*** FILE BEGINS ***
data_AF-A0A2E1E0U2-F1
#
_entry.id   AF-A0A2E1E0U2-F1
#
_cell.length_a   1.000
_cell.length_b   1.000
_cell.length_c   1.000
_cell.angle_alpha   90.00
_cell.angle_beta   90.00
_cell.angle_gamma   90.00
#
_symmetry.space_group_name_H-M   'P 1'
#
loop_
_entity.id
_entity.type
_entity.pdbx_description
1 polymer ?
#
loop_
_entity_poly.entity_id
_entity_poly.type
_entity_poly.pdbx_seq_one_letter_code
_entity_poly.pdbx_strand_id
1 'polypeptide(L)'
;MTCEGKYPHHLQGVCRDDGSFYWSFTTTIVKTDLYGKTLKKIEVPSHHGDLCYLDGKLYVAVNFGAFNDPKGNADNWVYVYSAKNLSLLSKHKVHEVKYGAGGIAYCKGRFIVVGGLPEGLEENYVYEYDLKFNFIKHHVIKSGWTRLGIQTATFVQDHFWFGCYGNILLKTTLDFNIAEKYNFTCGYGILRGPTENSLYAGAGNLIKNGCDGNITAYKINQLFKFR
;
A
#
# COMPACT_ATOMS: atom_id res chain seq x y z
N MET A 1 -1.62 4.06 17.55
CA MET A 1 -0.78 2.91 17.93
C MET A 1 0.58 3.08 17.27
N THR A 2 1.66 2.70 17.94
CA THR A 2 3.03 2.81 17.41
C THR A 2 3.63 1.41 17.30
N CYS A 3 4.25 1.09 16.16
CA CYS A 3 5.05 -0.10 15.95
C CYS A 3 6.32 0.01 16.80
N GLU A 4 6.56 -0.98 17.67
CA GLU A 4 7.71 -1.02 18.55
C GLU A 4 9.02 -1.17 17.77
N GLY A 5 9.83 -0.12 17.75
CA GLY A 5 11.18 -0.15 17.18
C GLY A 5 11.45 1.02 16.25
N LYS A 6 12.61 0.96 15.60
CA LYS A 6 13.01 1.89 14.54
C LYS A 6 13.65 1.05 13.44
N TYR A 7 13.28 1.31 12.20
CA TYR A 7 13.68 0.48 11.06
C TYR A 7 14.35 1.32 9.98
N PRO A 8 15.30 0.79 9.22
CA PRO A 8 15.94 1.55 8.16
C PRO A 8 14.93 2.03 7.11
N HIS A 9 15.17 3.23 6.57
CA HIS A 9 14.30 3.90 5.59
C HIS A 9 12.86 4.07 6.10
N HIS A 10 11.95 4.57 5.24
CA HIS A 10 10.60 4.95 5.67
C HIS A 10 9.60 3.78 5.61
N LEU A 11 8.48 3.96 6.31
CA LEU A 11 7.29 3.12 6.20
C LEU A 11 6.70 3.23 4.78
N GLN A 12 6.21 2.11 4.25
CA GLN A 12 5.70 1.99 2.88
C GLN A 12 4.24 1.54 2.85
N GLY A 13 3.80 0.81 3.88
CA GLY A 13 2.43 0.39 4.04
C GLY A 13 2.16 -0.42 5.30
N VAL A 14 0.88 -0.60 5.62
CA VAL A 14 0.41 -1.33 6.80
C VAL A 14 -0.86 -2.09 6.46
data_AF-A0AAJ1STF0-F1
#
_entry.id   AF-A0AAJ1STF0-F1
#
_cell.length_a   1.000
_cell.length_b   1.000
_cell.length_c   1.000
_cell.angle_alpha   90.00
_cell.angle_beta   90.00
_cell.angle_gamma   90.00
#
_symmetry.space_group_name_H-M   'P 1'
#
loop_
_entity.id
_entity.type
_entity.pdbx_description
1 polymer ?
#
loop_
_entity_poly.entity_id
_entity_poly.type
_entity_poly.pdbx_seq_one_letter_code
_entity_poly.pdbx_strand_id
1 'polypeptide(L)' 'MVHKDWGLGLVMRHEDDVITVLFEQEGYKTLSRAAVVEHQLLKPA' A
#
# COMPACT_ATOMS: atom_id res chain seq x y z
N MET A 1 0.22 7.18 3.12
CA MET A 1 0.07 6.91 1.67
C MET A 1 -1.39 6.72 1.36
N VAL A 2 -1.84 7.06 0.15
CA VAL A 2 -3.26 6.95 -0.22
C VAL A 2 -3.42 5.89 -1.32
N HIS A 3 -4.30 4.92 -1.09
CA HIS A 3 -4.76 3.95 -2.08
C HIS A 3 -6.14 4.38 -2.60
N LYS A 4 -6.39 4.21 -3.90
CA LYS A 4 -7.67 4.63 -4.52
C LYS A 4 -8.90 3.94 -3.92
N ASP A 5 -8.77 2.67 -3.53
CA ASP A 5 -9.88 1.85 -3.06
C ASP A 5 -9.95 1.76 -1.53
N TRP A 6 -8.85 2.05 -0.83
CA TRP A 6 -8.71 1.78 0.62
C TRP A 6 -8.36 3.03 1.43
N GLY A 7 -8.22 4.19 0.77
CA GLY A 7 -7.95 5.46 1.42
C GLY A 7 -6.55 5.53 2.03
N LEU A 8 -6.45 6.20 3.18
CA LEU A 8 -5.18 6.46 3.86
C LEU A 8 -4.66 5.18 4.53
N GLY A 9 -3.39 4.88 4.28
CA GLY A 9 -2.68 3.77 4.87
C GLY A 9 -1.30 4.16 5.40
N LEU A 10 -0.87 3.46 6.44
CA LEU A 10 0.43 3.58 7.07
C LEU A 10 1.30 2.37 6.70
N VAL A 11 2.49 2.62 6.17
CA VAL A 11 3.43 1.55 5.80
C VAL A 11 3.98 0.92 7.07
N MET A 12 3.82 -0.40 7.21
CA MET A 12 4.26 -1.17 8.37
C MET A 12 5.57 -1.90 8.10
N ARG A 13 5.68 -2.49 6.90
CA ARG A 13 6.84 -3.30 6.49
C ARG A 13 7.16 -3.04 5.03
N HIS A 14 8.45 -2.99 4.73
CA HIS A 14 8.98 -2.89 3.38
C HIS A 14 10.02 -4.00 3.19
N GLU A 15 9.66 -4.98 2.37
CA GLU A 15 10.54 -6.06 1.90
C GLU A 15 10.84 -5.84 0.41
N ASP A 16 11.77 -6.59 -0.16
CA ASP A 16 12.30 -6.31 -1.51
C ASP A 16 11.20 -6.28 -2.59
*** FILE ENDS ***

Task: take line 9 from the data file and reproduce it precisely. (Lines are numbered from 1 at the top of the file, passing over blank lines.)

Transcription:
_cell.angle_beta   90.00